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The Health Impact Fund: Enhancing Justice and Efficiency in Global Health


  • Thomas Pogge


Some 18 million people die annually from poverty-related causes. Many more are suffering grievously from treatable medical conditions. These burdens can be substantially reduced by supplementing the rules governing pharmaceutical innovation. Established by the World Trade Organization's TRIPS Agreement, these rules cause advanced medicines to be priced beyond the reach of the poor and steer medical research away from diseases concentrated among them. We should complement these rules with the Health Impact Fund (HIF). Financed by many governments, the HIF would offer any new pharmaceutical product the opportunity to participate, during its first 10 years, in the HIF's annual reward pools, receiving a share equal to its share of the assessed health impact of all HIF-registered products. In exchange, the innovator would have to agree to make this product available worldwide at the lowest feasible cost of manufacture. Fully consistent with TRIPS, the HIF achieves three key advances. It directs some pharmaceutical innovation toward the most serious diseases, including those concentrated among the poor. It makes all HIF-registered medicines cheaply available to all. And it incentivizes innovators to promote the optimal use of their HIF-registered medicines. Magnifying one another's effects, these advances would engender large global health gains.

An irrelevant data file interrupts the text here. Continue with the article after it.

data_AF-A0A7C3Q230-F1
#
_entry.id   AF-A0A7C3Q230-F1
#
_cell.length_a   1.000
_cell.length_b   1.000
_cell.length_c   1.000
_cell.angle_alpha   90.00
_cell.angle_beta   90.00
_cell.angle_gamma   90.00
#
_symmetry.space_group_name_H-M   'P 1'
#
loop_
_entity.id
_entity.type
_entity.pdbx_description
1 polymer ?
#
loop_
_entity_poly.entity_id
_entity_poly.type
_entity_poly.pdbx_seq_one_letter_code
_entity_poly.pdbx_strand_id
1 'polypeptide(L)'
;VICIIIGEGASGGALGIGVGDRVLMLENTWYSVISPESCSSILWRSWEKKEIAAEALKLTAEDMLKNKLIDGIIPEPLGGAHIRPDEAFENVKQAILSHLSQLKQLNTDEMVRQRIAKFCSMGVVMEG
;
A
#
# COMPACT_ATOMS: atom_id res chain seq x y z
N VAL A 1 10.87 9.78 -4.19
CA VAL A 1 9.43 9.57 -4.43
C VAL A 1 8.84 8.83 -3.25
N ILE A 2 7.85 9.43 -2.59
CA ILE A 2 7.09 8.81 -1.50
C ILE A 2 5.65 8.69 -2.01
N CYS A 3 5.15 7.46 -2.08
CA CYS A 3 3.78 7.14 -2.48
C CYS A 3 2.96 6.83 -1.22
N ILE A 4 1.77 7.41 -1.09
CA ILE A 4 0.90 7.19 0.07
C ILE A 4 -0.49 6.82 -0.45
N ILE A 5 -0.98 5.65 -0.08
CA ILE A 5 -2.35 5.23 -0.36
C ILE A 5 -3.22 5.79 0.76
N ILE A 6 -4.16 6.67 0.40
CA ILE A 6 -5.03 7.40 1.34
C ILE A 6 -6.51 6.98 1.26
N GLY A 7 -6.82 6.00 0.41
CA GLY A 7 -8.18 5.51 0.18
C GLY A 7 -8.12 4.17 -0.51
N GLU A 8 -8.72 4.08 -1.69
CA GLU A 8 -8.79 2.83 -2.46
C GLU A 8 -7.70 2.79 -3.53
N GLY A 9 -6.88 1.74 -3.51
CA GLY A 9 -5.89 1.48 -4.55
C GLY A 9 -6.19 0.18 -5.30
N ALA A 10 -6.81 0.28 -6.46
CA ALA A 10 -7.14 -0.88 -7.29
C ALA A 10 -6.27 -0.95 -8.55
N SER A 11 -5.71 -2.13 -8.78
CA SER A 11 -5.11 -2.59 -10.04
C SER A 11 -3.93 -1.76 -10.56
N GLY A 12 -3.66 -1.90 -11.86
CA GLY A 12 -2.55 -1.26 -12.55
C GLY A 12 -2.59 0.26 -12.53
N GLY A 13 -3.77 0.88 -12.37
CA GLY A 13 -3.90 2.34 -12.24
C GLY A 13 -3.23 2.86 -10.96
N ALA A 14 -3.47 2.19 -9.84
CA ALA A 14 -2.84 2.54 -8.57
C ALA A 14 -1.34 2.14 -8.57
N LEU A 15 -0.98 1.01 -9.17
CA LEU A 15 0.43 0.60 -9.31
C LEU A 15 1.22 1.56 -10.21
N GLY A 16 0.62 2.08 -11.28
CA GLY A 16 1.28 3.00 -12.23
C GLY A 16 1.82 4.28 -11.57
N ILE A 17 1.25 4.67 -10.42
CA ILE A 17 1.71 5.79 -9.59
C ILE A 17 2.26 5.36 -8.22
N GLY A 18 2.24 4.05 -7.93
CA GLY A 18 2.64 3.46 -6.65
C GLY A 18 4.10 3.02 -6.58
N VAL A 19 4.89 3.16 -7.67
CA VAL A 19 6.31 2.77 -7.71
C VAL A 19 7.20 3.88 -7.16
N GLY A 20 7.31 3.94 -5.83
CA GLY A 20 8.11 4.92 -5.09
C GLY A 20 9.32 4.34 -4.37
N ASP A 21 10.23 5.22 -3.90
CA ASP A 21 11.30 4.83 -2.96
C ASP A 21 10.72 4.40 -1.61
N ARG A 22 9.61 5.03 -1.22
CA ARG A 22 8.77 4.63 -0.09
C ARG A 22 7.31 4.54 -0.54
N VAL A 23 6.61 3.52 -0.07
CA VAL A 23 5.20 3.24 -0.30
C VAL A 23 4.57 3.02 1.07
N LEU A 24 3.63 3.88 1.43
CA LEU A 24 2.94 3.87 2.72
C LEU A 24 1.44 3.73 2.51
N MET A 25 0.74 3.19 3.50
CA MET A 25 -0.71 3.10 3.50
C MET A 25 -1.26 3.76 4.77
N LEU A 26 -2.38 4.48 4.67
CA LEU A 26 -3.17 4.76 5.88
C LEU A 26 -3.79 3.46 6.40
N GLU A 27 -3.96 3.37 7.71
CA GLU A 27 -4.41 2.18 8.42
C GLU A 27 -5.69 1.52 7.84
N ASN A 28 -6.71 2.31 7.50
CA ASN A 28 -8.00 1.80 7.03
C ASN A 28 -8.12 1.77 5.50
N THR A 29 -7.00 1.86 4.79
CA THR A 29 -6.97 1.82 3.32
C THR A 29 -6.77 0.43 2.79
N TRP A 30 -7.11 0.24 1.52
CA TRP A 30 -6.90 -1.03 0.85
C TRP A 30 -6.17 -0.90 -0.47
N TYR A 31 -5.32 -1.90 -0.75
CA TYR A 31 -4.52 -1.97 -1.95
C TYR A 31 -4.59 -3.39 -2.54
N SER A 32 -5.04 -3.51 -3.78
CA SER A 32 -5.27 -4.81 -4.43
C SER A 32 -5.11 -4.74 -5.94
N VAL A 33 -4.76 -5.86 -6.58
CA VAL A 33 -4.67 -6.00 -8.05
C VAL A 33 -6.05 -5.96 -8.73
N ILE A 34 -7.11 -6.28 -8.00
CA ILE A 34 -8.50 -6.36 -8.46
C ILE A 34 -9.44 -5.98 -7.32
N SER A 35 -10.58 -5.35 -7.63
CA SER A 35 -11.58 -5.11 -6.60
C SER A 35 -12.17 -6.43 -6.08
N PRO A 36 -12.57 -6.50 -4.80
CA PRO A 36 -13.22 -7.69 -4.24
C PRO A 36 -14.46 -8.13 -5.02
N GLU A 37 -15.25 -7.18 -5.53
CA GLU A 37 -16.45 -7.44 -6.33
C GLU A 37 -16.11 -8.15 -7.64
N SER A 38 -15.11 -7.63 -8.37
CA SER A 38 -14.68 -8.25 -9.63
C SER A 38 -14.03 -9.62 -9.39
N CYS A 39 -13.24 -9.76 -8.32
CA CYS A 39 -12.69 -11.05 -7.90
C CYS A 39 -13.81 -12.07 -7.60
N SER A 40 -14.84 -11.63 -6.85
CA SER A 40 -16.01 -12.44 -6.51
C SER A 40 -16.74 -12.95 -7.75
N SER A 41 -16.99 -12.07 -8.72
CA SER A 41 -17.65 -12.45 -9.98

Suggested Citation

  • Thomas Pogge, 2012. "The Health Impact Fund: Enhancing Justice and Efficiency in Global Health," Journal of Human Development and Capabilities, Taylor & Francis Journals, vol. 13(4), pages 537-559, November.
  • Handle: RePEc:taf:jhudca:v:13:y:2012:i:4:p:537-559 DOI: 10.1080/19452829.2012.703172

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    1. Cristian Timmermann & Georges Félix, 2015. "Agroecology as a vehicle for contributive justice," Agriculture and Human Values, Springer;The Agriculture, Food, & Human Values Society (AFHVS), vol. 32(3), pages 523-538, September.

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